The Tyrells in Wivenhoe

A Royal connection to Wivenhoe

Terry Garland

Coat of Arms of Tyrell, Baronet of Springfield

A Royal connection to Wivenhoe. Sir John Tyrell [c.1342-1437] was one of the founders of the chantry in Wivenhoe church and was Treasurer to the Household of Henry VI. His grandson, Sir Robert Tyrell of Wivenhoe [c.1500-1555] was Master of Horse to Henry VIII.

Despite its humble appearance as an insignificant port, ship-building and fishing town, Wivenhoe has long had a connection to royalty and the upper echelons of society. From the de Vere family, Earls of Oxford, at Wivenhoe Park, land on Wivenhoe Heath being granted to the Knights Hospitallers in 1180, Viscount Beaumont at Wivenhoe Hall, visits by Beau Brummell to his brother William, the later owner of Wivenhoe House, through to the racing yacht Britannia of King George V, the connections were generally low-key but provided welcome income to the inhabitants of the town.

Research highlighted the Hartshorn and Tyrell names

Research of The Red Lion pub for the Wivenhoe History Group threw up the name of an estate on which that and the other buildings opposite the church had been built – Hartshorn. Whilst there seemed no records of such an estate a more general search revealed a Christiana Hartshorn had married Sir Robert Tyrell of Wivenhoe.

The Tyrell’s came to England in 1066

The Tyrell family have had links to north-east Essex since Walter Tyrell [1030-1100] came to England with William I in 1066 and was granted the manor of Langham, where the family were based for eight generations until Sir James Tyrell married Margaret the daughter and heir of Sir William Heron and the family moved to Heron Hall in Horndon. The births, deaths and marriages there are recorded in the archives of All Saints church, East Horndon (now isolated on a small area of land between the A127 and A128).

Many generations have been knighted

Many of the Tyrells were knighted and in 1666 Sir John Tyrell was created Baronet of Heron, a title that was retained by subsequent generations until another Sir John, the 6th Baronet, died without issue in 1729 and the baronetcy died out. Other branches of the family married into various major families of Essex: de Marney, D’Arcy, and Petre (who was created Baron of Writtle in 1603 a title still held in 2020 by John Petre the 18th Baron and former Lord Lieutenant of Essex). Other baronetcies were granted to Tyrells in Essex: Boreham, Springfield, Thorndon.

Close to the Crown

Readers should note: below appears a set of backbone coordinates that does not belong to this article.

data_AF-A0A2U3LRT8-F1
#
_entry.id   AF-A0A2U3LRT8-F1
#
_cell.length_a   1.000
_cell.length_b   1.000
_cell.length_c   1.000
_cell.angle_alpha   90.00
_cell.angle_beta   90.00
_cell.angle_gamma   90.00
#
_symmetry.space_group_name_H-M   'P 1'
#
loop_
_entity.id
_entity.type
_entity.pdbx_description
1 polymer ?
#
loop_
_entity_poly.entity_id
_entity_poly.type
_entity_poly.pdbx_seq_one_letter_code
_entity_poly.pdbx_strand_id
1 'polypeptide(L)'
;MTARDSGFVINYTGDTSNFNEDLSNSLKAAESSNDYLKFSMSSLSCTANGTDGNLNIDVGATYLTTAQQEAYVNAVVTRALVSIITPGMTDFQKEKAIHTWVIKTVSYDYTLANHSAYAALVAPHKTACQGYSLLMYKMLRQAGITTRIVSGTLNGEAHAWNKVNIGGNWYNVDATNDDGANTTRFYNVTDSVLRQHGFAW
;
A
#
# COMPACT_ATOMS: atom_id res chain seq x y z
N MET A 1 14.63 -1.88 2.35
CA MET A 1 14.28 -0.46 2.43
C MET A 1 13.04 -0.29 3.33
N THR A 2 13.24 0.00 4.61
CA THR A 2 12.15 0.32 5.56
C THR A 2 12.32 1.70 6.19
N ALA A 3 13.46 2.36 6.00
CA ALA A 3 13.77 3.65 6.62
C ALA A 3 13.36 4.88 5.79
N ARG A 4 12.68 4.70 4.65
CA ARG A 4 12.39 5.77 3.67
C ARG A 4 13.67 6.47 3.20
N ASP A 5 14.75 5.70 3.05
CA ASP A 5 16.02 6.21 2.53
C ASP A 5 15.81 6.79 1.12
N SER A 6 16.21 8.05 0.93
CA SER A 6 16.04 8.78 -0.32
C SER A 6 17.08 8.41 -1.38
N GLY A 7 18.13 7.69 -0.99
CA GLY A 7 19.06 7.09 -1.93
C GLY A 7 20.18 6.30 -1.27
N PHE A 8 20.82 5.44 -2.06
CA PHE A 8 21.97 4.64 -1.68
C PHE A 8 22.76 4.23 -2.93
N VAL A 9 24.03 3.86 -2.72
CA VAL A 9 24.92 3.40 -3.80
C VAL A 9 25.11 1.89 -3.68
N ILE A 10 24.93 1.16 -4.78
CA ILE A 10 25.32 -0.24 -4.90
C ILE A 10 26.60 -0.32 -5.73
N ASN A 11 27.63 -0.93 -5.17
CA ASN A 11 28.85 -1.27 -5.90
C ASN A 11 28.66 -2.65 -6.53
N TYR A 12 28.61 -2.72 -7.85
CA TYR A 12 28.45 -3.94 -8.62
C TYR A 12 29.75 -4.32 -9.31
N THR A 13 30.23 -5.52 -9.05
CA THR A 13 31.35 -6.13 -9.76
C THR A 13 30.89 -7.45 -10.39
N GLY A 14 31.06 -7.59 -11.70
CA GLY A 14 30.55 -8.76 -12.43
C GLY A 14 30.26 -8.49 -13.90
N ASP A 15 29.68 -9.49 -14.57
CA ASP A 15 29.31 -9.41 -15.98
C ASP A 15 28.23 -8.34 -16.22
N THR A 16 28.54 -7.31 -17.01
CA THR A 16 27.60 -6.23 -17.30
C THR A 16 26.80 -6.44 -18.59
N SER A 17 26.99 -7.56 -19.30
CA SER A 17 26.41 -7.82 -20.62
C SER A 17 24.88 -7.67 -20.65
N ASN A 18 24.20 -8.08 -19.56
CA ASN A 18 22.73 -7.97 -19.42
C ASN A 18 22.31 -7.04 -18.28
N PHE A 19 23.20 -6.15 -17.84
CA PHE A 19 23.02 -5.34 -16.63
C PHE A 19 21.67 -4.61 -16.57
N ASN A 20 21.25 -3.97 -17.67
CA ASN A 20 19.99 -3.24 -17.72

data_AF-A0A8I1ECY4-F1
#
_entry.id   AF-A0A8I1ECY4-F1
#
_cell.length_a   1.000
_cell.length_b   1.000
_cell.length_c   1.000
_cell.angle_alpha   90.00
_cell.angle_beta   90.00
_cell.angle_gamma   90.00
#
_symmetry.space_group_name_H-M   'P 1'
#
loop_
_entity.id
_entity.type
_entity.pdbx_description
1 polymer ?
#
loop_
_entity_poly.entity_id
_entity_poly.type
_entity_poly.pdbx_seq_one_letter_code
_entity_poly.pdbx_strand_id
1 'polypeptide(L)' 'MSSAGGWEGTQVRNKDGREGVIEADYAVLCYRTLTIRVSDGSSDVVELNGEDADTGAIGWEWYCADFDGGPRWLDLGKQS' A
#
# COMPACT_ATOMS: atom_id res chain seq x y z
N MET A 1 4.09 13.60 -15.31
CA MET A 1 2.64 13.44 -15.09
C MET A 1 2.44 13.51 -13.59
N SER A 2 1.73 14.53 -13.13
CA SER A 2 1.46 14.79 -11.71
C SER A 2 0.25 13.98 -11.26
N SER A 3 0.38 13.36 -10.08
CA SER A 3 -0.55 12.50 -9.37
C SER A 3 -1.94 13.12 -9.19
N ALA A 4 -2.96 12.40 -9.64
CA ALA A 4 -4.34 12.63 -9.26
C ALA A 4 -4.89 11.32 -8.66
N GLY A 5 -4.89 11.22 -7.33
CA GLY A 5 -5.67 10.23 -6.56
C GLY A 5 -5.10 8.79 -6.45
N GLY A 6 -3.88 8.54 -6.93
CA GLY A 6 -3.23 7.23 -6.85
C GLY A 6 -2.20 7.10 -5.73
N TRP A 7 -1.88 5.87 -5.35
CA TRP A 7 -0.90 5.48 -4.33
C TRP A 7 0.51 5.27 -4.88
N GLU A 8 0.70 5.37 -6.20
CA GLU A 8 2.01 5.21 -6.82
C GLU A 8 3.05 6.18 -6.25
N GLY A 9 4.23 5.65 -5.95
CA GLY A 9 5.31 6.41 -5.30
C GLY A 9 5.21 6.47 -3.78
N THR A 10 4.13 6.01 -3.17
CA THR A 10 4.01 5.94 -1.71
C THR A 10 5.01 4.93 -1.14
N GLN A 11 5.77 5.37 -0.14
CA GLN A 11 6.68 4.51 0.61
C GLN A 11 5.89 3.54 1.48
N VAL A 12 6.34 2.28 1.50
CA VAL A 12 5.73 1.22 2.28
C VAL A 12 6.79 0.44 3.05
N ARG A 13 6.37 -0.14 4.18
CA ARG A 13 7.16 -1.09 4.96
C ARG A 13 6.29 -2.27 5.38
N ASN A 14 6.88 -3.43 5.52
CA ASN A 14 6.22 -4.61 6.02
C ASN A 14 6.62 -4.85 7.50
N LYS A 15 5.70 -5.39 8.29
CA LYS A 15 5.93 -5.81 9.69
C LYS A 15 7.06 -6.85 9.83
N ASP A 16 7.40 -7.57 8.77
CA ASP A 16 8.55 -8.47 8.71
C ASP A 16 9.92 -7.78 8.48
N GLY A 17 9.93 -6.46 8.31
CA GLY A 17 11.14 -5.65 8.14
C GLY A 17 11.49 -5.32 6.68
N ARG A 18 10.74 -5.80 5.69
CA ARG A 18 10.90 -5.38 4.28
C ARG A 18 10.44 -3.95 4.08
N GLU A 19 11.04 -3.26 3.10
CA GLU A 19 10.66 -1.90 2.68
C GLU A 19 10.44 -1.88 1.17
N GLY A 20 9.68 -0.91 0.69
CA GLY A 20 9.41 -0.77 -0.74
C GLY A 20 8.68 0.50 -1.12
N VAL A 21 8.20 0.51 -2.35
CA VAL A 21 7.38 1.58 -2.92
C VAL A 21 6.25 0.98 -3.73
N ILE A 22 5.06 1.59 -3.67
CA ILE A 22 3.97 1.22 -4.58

The Tyrells were close to the Crown and Parliament being MPs and Speaker of the House for much of the 1400s and 1500s. They served Henry VIII as his Master of Horse and Charles I as his Master of Buckhounds. There were the black sheep though; two of the family were warders of the Fleet Prison and Sir James Tyrell of Gipping was beheaded at Tower Hill in 1502 as one of those responsible for the deaths of the princes in the Tower.

Sir John Tyrell was a founder of the chantry of St Mary’s

Away from London, the Tyrells in north-east Essex were more beneficent. Sir John Tyrell (c.1342-1437) was one of the founders of the chantry in Wivenhoe church and was Treasurer to the Household of Henry VI. He is buried at Austin Friars in City of London. His grandson, Sir Robert Tyrell of Wivenhoe (c.1500-1555) was Master of Horse to Henry VIII and married Christiana Hartshorn daughter of John Hartshorn of Bedfordshire; he was buried at Grey Friars in Colchester with his second wife Elizabeth. A little way south in Chelmsford, Sir Henry Tyrell (c.1520-1588) was one of the four founding governors of King Edward VI Grammar School and his great grandson Sir John built the Old School Room on Duke Street in 1633.

Links to other pages in this website:

General Sources:

  • Burke J, 1787-1848 & Burke B, 1814-1892  “Burke’s Extinct and Dormant Baronetcies of England, Ireland, and Scotland”, Scott, Webster, and Geary, London 1841 pp. 536-539.
  • Chancellor F, “The Ancient Sepulchral Monuments of Essex”, E, Durrant Chelmsford, 1890 fig.YY
  • Cooper J, (Ed.) “Wivenhoe: Manors and other estate”’, in A History of the County of Essex: Volume 10, Lexden Hundred (Part) Including Dedham, Earls Colne and Wivenhoe, pp. 281-282. London, 2001.
  • Woodcock T, & Robinson J M, “The Oxford Guide to Heraldry”,   Oxford University Press Oxford 1988)
This page was added on 15/09/2020.

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